Friday, August 19, 2016

Show Solidarity with Words & Actions | The Jose Vilson

Show Solidarity with Words & Actions | The Jose Vilson:

Show Solidarity with Words & Actions

Kaden Pagani, 8, left, and his brother Kingston, 6, carry signs as they march down Broadway toward Frank Ozawa Plaza during a Black Lives Matters protest in Oakland on Thursday, July 21, 2016. Image by Michael Short.
KADEN PAGANI, 8, LEFT, AND HIS BROTHER KINGSTON, 6, CARRY SIGNS AS THEY MARCH DOWN BROADWAY TOWARD FRANK OZAWA PLAZA DURING A BLACK LIVES MATTERS PROTEST IN OAKLAND ON THURSDAY, JULY 21, 2016. IMAGE BY MICHAEL SHORT.

“Your Silence will not protect you”Audre Lorde calls for our silence to be transformed into language and action in her 1977 speech. But if our silence will not protect us, then why do we hold on to it for comfort? Why do revert to silence when we witness, see and read about the injustices and cruelty of this world? Why do we let fear take over? Why do we let compliance sink in?
There are many reasons for silence. But I am not looking to hear reasons and excuses for your silence or lack of action. I am here to tell you that while educators dominate the Twitter-sphere with their skyrocketing number of tweets, only a small fraction of those tweets are dedicated to discussions on racism, social justice, inequity, Islamophobia, homophobia and prejudice. Conversations are happening, but they’re a very minor, and often times you see them in spaces where people of colour have already paved the way for them, such as on #EduColor and #SoJustEdu.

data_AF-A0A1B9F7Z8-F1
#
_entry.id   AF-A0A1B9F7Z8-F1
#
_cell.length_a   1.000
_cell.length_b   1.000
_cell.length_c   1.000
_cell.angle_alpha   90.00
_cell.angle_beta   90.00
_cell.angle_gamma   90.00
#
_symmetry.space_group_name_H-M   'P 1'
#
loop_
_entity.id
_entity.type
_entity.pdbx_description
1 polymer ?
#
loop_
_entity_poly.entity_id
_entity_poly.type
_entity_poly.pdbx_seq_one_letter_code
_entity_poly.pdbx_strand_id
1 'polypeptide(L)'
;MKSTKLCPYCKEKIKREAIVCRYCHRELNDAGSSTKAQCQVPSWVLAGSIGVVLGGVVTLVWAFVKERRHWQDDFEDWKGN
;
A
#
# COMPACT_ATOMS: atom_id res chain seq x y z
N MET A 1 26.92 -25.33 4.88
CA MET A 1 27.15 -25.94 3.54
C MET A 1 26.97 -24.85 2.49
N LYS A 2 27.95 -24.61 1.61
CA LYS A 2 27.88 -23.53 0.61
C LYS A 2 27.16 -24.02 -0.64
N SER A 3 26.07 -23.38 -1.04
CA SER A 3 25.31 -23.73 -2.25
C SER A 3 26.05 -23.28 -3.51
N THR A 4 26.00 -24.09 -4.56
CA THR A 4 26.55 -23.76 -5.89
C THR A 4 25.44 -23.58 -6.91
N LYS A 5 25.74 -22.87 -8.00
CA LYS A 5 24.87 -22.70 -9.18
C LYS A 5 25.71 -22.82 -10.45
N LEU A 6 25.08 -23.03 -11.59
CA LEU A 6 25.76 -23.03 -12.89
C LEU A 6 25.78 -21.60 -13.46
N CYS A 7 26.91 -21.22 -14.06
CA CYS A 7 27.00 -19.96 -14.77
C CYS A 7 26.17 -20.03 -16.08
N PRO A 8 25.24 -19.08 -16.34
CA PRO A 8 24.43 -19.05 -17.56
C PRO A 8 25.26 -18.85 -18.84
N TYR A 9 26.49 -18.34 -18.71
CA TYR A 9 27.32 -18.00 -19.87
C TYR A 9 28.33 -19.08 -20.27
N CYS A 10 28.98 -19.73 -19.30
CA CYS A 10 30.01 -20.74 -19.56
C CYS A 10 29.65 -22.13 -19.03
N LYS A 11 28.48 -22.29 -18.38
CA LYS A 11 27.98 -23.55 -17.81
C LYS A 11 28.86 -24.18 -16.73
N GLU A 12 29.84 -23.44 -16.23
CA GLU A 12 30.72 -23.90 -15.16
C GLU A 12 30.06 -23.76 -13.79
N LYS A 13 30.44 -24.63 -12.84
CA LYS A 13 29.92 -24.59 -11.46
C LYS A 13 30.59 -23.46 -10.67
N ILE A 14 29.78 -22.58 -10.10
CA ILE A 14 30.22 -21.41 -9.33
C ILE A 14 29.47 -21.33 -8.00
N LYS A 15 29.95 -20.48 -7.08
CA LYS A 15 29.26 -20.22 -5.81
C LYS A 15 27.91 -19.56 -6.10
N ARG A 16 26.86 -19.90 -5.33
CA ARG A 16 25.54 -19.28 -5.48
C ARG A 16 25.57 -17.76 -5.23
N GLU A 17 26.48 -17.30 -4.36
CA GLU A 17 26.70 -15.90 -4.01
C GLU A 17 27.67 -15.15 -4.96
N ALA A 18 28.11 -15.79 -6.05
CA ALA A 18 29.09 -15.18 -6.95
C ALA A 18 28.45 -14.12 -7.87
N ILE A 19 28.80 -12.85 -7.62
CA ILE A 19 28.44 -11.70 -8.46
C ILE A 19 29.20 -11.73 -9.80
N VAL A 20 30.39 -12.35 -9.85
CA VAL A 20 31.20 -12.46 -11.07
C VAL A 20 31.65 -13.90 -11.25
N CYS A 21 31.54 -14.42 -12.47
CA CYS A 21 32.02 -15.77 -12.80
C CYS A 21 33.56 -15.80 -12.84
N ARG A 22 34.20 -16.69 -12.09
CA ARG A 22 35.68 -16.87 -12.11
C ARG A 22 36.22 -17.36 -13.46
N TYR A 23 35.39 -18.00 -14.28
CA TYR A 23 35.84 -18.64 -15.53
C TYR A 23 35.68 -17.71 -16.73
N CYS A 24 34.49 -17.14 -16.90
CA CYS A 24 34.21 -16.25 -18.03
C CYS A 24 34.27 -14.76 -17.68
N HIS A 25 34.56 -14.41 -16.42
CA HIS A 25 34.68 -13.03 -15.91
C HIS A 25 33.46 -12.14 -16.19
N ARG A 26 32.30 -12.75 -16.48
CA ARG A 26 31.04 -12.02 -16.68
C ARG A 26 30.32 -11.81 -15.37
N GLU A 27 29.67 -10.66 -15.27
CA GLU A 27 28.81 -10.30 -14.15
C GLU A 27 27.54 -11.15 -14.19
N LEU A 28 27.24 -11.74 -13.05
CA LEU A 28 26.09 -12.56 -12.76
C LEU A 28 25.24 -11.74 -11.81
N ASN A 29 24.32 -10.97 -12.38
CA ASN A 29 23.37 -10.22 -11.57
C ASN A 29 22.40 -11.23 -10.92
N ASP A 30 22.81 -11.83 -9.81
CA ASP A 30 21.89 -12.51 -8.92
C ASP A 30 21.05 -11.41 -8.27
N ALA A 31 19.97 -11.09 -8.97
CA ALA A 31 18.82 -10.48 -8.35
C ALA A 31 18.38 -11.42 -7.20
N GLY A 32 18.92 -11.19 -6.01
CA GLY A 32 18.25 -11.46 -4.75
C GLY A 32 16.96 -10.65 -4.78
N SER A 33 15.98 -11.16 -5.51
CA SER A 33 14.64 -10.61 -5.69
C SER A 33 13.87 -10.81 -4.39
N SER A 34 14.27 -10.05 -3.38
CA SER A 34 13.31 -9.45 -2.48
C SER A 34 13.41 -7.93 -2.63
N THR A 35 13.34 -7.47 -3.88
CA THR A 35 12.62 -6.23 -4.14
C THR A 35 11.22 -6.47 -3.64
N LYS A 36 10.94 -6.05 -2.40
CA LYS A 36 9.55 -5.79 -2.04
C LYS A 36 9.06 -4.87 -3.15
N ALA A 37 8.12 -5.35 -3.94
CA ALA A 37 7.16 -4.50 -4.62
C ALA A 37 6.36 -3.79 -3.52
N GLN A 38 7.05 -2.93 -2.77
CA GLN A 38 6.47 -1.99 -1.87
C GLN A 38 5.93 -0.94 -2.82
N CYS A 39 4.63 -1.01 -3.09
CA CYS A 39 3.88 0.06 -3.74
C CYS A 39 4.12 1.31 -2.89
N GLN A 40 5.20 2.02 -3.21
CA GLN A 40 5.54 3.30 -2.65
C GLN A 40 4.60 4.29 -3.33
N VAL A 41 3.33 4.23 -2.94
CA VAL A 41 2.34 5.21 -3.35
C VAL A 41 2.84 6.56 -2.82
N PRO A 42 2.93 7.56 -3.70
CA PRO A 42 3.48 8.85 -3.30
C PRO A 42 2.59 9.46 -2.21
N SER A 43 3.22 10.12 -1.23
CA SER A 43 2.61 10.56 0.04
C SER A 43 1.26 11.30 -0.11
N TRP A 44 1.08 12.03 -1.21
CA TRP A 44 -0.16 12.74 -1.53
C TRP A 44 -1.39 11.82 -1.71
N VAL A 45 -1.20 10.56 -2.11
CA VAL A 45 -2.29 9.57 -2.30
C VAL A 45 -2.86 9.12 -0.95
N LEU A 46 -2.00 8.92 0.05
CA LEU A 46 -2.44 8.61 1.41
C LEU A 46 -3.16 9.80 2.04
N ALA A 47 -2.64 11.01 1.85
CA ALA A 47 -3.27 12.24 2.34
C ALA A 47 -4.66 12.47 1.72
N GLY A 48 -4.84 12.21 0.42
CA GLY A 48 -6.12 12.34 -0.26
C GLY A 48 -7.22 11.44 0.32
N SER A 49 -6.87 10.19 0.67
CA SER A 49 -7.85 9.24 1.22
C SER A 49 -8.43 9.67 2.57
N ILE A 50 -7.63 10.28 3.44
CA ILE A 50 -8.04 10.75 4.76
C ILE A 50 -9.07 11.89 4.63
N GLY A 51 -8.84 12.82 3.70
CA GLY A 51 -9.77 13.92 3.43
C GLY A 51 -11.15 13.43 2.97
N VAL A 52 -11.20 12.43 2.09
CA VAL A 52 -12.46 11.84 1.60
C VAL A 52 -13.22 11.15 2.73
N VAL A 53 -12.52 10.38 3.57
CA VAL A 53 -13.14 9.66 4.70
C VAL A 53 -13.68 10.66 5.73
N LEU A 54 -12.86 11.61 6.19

Pew Research Centre published survey results on social media conversations about race. According to the survey, “two of the most used hashtags around social causes in Twitter history focus on race and criminal justice: #Ferguson and #BlackLivesMatter”.
So then why are educators so silent when it comes to race conversations? 
According to Pew Research Centre’s survey, “roughly two-thirds (67%) of whites who use social media say that none of things they post or share pertain to race”. Why are Twitter’s most dominant users silent on issues that concern the very youth who are driving these conversations online? How can Show Solidarity with Words & Actions | The Jose Vilson:

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